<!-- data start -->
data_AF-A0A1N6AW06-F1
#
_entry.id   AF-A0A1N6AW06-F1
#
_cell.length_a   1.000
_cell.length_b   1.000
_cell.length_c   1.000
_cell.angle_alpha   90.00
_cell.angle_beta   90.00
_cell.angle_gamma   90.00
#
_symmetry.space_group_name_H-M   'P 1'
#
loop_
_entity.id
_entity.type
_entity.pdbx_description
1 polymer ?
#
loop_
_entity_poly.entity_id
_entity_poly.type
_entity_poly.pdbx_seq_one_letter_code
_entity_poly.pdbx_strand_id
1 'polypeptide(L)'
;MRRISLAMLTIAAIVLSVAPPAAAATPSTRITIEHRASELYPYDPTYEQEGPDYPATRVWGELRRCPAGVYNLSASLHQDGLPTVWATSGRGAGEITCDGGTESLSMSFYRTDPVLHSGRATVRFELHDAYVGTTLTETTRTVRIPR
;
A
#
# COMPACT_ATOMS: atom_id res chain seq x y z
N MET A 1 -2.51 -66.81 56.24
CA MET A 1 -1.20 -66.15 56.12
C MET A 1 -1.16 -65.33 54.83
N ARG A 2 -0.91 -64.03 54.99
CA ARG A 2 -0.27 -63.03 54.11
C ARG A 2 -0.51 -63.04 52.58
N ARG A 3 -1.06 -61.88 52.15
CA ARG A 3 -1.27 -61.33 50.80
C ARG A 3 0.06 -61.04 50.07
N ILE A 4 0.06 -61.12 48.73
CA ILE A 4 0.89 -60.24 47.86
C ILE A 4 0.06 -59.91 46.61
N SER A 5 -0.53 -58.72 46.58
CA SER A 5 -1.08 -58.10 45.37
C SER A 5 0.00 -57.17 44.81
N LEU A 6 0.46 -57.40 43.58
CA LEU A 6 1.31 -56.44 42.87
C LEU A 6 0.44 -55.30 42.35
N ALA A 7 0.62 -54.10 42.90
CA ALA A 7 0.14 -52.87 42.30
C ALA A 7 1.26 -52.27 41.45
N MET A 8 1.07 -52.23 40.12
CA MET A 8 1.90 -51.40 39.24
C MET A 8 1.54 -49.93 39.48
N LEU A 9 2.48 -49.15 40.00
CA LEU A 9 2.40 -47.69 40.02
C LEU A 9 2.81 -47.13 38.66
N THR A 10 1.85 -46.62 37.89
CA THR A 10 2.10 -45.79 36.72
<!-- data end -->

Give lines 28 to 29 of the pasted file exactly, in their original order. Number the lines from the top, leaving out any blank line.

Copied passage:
A
#